May 08, 2007
Cold fusions detractors call themselves skeptics. But there is a real difference between skepticism in the true sense and the almost religious belief in scientific orthodoxy that masquerades as impartiality. Marcello Truzzi, the founding co-chairman of the Committee for the Scientific Investigation of Claims of the Paranormal, eloquently described this distinction. According to Truzzi, a skeptic is an agnostic, a doubter rather than a believer. Doubt is not denial, merely a recognition that a claim has not been proven. The burden of proof of anomalous observations rests with the claimant at all times. Once that burden is satisfied, as with cold fusion, the skeptics must either accept the findings or provide another explanation. If they choose the latter course of action, then by definition, they become claimants with respect to that alternative explanation. As such, they can no longer express doubts about the validity of the evidence without first examining the evidence themselves. They must master the literature and become familiar with the experimental methods and metrics common to the field. In the case of cold fusion, this means becoming fluent in calorimetry. They must then perform the experiments according to the protocols that have been established over the last fifteen years. They must identify mistakes in technique and misinterpretations of results. If those mistakes and misinterpretations are material enough, the original hypothesis may be disproved and the alternative hypothesis put forward. Only after all of these steps are taken will the skeptics be in a position to honestly express doubts about the original claims.
"...the almost religious belief in scientific orthodoxy that masquerades as impartiality." Sounds a lot like the proponents of man-made global warming. Their religious fervor precludes the possibility that they might be mistaken, and causes them to impugn the integrity of all who question their methods, their data and their results. It's a lot easier, apparently, to think someone else is evil than it is to think that you might be wrong.
Update: Scientific American and Nature continue to poo-poo the very idea of low temperature fusion, which is certainly their right. However, bragging that you don't actually read anything which might controvert your beliefs isn't something to be proud of:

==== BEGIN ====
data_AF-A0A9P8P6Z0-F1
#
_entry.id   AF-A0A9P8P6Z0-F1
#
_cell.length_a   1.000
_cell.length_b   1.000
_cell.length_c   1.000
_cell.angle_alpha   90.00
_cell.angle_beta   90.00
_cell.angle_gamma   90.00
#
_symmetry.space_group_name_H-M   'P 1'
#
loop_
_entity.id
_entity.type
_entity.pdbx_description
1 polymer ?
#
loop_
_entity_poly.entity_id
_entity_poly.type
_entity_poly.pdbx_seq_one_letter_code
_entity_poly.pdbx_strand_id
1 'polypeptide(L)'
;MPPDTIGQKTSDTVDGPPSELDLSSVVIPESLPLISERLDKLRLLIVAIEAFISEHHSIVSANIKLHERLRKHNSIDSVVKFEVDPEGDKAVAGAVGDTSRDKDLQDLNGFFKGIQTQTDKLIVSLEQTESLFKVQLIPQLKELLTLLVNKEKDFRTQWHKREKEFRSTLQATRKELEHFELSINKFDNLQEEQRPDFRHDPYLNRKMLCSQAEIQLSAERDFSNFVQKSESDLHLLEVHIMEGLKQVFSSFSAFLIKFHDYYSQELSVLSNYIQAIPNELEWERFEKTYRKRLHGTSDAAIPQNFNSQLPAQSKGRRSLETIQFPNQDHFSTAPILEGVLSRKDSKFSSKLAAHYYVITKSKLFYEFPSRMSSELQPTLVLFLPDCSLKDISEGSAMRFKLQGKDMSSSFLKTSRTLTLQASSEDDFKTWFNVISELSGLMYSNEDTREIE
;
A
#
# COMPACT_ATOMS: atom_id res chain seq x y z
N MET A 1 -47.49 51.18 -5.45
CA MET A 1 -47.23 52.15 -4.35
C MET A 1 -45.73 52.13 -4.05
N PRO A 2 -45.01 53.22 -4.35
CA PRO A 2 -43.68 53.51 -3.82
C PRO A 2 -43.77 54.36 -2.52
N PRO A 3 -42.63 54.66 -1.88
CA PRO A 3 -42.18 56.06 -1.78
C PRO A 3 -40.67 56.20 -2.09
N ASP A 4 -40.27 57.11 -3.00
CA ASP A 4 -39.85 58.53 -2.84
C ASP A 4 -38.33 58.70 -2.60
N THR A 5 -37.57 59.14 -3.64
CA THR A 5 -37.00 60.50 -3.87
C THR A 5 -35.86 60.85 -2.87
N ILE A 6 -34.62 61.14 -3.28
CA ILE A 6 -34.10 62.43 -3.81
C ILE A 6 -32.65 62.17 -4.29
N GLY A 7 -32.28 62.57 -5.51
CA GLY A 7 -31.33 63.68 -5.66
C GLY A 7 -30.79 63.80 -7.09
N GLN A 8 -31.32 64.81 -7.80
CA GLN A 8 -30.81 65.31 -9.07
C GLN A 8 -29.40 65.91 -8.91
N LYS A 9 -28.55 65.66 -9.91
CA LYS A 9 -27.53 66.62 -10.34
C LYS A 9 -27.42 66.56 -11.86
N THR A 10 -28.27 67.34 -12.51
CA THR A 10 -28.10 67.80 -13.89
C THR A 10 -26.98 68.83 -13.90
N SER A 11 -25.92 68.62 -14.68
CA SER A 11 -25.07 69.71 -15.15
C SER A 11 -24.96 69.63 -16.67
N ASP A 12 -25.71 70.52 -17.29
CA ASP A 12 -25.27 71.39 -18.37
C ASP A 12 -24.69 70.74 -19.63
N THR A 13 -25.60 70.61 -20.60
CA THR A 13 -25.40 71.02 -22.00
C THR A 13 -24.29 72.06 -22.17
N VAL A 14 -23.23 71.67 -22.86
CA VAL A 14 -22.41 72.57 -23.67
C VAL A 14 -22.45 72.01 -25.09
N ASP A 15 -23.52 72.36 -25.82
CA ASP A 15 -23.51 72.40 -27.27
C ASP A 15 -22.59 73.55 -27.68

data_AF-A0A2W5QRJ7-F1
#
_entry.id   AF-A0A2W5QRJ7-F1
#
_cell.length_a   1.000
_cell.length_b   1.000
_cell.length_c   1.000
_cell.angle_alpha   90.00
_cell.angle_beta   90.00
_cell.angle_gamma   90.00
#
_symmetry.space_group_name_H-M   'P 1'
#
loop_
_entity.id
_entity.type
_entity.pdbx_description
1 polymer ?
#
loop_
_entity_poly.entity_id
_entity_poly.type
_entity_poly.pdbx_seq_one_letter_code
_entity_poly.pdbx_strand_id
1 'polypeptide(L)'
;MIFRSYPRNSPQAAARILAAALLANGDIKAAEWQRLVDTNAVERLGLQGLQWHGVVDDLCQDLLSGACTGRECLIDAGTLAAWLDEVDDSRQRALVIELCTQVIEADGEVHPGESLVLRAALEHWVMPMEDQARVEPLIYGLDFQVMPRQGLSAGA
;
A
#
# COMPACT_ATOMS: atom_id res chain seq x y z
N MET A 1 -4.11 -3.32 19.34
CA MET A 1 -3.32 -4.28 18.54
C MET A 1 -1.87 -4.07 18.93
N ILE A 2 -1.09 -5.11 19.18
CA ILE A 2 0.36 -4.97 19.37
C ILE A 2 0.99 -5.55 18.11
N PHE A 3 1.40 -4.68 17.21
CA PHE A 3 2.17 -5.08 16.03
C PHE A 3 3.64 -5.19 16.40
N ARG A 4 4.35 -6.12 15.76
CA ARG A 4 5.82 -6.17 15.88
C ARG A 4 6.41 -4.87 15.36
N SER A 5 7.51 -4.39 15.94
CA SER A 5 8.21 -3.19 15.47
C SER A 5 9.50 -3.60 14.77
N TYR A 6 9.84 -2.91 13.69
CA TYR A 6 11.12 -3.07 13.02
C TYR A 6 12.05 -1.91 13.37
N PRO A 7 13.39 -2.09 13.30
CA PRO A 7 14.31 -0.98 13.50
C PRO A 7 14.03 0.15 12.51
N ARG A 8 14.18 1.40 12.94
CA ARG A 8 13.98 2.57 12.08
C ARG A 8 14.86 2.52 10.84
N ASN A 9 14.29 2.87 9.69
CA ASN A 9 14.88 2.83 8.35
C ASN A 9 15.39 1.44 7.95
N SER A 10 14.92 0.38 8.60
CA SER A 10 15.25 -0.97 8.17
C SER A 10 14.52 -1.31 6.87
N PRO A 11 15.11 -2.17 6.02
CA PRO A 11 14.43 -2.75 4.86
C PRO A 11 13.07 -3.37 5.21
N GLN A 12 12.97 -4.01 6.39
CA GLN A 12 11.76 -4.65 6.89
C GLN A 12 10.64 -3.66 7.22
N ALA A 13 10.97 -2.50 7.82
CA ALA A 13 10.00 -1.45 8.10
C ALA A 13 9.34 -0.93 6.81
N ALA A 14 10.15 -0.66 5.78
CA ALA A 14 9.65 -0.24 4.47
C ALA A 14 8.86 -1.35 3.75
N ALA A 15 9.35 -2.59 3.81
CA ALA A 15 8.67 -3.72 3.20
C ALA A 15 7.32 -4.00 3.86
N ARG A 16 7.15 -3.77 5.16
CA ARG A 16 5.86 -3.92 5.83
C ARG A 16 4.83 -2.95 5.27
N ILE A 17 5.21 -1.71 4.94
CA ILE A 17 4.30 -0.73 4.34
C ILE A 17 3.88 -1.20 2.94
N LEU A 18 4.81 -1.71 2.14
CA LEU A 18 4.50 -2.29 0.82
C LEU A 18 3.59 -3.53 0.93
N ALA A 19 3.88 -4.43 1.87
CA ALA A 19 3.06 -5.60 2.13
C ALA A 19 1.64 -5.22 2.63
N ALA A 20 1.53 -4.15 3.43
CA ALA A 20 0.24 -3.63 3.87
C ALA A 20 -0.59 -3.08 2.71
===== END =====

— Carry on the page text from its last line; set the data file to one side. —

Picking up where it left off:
Scientific American has mainly ridiculed these subjects lately, in both the print edition and the on-line blog by the editor, John Rennie, on August 24, 2006:
Let's be finicky in our application of the phrase. For example, Newtonian physics did not get sent to Pluto. It was shown to be a valid approximation of Einstein's relativistic physics for objects moving well below the speed of light, and as such was incorporated into the newer theory. And cold fusion, N-rays, Velikovskian planet billiards and similar crackpottery weren't sent to Pluto either because they never enjoyed a significant period of acceptance by the scientific community (perhaps they all reside on another planet... Uranus?).
Note that Rennie takes pride in the fact that he has read no papers about cold fusion. He claims that his views are based on the majority opinion and the "consensus," as if science were a popularity contest. Rennie boldly told us it is not his job to understand the technical issues or offer a falsifiable argument. He thinks the public does not expect that of him. A normal scientist would be ashamed to admit he harbors such strange ideas, but Rennie brags about them.
Interesting idea of what being a scientist really is. I wonder how he travels anywhere, though. His maps probably contain lots of "Here Be Monsters" sections.
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